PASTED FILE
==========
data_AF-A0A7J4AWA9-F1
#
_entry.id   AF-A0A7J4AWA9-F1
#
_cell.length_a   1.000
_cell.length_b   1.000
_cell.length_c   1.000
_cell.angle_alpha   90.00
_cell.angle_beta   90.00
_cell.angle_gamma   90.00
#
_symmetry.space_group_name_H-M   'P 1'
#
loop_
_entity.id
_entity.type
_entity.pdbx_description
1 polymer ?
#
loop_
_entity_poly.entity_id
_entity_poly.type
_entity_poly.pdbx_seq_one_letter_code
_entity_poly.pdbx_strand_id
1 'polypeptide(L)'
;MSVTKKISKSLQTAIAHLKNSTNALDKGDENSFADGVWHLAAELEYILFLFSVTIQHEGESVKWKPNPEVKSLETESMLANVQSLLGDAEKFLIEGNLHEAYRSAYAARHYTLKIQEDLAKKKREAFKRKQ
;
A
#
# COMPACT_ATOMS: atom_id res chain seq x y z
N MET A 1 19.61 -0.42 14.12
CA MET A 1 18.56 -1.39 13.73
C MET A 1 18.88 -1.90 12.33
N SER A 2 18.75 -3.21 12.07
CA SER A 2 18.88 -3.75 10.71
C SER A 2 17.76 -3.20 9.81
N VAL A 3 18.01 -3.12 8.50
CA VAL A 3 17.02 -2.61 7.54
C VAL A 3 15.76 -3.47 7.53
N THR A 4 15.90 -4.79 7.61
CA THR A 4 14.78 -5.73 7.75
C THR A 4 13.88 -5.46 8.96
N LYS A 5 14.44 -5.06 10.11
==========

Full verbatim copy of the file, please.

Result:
data_AF-A0A7J4AWA9-F1
#
_entry.id   AF-A0A7J4AWA9-F1
#
_cell.length_a   1.000
_cell.length_b   1.000
_cell.length_c   1.000
_cell.angle_alpha   90.00
_cell.angle_beta   90.00
_cell.angle_gamma   90.00
#
_symmetry.space_group_name_H-M   'P 1'
#
loop_
_entity.id
_entity.type
_entity.pdbx_description
1 polymer ?
#
loop_
_entity_poly.entity_id
_entity_poly.type
_entity_poly.pdbx_seq_one_letter_code
_entity_poly.pdbx_strand_id
1 'polypeptide(L)'
;MSVTKKISKSLQTAIAHLKNSTNALDKGDENSFADGVWHLAAELEYILFLFSVTIQHEGESVKWKPNPEVKSLETESMLANVQSLLGDAEKFLIEGNLHEAYRSAYAARHYTLKIQEDLAKKKREAFKRKQ
;
A
#
# COMPACT_ATOMS: atom_id res chain seq x y z
N MET A 1 19.61 -0.42 14.12
CA MET A 1 18.56 -1.39 13.73
C MET A 1 18.88 -1.90 12.33
N SER A 2 18.75 -3.21 12.07
CA SER A 2 18.88 -3.75 10.71
C SER A 2 17.76 -3.20 9.81
N VAL A 3 18.01 -3.12 8.50
CA VAL A 3 17.02 -2.61 7.54
C VAL A 3 15.76 -3.47 7.53
N THR A 4 15.90 -4.79 7.61
CA THR A 4 14.78 -5.73 7.75
C THR A 4 13.88 -5.46 8.96
N LYS A 5 14.44 -5.06 10.11